P&G hits back at Peltz, says investor not entitled to board seat

(Reuters) - Procter & Gamble PG.N blasted Nelson Peltz's efforts to join the consumer goods conglomerate's board, saying the investor was not entitled to a seat and that he was being wrongly advised by people who were not in tune with the company's operations.

FILE PHOTO - Nelson Peltz founding partner of Trian Fund Management LP. speak at the WSJD Live conference in Laguna Beach, California October 25, 2016. REUTERS/Mike Blake/File Photo

P&G’s salvo comes weeks after Peltz’s Trian Fund Management sought a board seat for the activist investor at the company, making P&G the largest company ever to face a proxy battle.

In a statement to shareholders, the maker of Tide detergent and Gillette razors said Peltz offered no new “actionable ideas” that the company hadn’t already implemented.

“”Why not?” is not a compelling rationale to add Mr. Peltz to the P&G Board. “Why not?” appears to be the extent of Mr. Peltz’s reason for board membership. This is simply not a sufficient standard,” Chief Executive David Taylor said.

“Joining P&G’s board is not an entitlement.”

Peltz, whose hedge fund Trian has amassed an about 1.5 percent stake in the company, launched the proxy battle, after five months of negotiations with P&G’s management failed to get him a board seat.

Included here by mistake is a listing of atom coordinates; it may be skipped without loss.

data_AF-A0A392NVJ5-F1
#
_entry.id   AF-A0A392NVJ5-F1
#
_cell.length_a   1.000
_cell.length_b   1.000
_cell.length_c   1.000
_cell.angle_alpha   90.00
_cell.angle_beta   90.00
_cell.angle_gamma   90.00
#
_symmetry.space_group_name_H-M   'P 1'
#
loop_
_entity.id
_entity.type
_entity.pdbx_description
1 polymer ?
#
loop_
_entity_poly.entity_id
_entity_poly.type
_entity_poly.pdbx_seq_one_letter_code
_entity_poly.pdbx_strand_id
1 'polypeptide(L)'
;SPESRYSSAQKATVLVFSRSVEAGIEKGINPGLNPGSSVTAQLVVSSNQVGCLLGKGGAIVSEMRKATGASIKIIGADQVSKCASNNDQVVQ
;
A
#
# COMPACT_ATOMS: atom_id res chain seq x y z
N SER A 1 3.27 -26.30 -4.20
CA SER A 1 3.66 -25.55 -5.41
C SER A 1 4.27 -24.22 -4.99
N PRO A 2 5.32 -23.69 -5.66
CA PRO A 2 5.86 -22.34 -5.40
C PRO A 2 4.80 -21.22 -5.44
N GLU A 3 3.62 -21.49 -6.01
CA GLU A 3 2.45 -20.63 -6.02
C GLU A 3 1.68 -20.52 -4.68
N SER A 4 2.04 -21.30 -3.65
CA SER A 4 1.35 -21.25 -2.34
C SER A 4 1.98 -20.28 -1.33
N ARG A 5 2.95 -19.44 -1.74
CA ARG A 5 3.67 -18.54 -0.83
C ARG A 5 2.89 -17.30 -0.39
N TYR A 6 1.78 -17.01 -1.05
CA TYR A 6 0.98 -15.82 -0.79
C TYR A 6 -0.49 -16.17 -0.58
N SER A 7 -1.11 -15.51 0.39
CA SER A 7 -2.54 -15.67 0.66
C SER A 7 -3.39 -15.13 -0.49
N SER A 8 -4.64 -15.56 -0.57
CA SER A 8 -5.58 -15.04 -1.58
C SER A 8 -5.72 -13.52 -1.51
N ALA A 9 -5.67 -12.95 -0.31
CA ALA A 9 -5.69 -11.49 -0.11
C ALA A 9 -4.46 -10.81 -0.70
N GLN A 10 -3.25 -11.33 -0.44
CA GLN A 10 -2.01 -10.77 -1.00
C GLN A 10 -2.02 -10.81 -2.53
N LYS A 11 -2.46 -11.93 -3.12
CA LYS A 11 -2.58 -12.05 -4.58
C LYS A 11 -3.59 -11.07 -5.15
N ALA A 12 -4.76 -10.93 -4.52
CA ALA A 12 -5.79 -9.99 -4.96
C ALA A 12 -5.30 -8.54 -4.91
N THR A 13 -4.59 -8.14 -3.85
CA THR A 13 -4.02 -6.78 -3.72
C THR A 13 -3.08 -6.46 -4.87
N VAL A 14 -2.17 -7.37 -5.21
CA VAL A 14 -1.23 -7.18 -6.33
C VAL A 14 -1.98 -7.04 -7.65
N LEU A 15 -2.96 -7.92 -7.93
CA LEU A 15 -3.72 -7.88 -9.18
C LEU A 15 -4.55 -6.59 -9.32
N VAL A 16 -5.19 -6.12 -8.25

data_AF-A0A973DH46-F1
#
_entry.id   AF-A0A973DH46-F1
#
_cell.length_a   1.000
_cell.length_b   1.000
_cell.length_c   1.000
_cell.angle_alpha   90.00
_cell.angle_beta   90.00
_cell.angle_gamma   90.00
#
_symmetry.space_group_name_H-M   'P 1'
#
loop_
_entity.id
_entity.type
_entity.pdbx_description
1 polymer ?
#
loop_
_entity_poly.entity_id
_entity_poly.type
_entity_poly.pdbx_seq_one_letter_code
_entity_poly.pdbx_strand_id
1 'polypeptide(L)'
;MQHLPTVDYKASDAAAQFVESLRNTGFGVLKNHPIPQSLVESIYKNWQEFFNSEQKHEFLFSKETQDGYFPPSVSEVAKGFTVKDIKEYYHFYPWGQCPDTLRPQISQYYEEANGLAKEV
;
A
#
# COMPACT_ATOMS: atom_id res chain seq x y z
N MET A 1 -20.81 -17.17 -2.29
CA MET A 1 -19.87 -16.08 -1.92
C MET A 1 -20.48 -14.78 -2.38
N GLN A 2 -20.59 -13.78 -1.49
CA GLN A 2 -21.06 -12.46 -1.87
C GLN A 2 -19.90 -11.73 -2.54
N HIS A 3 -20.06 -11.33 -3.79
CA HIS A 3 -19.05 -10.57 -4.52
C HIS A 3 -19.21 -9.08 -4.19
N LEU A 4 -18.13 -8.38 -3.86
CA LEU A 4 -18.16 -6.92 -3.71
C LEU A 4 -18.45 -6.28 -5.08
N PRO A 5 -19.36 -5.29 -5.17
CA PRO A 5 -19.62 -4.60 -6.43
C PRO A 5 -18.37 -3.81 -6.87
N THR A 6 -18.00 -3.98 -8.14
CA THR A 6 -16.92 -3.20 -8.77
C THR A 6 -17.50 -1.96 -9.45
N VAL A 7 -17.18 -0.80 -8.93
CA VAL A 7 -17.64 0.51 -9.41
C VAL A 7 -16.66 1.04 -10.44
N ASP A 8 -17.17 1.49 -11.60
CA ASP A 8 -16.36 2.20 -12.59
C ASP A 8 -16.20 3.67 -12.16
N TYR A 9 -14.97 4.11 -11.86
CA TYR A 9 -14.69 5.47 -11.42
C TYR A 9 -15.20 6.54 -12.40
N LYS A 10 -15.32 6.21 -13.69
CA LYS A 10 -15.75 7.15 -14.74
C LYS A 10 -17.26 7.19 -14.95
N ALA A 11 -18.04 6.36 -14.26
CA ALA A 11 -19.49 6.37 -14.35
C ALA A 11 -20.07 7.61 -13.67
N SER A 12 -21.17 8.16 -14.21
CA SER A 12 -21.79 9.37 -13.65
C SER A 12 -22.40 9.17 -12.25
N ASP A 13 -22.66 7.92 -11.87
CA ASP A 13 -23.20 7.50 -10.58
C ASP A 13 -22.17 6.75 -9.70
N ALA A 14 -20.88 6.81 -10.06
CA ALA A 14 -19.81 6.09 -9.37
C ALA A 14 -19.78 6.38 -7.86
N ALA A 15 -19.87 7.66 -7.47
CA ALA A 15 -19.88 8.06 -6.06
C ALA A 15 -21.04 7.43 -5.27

The investor, who is being advised by former P&G CFO Clayton Daley, has been pushing the company to cut costs more efficiently as well as eliminate its “suffocating bureaucracy”.

In a proxy filing on Monday, Peltz said Trian’s analysis showed that a P&G cost-cutting program launched in 2012, aimed at saving $10 billion over five years, had no discernible impact on profit or sales growth.

He also said P&G’s move to meaningfully cut spending on digital advertising would inflict long-term damage to the company’s brands.

P&G, the world’s biggest advertiser, retorted by saying that Peltz seemed “confused” with the company’s digital ad spending plan, which was aimed at avoiding fraud and waste in the online advertising marketplace.

The company said these efforts helped it save $100 million in ineffective spending.

P&G also criticized Peltz for leaning on Daley, who was CFO of the company nearly a decade ago.

“This ... appears to be compounding Trian’s fundamental misunderstanding of P&G today and the operating environment the company faces,” Taylor said.

P&G’s shares were up marginally in afternoon trading on Tuesday.

Reporting by Siddharth Cavale in Bengaluru; Editing by Saumyadeb Chakrabarty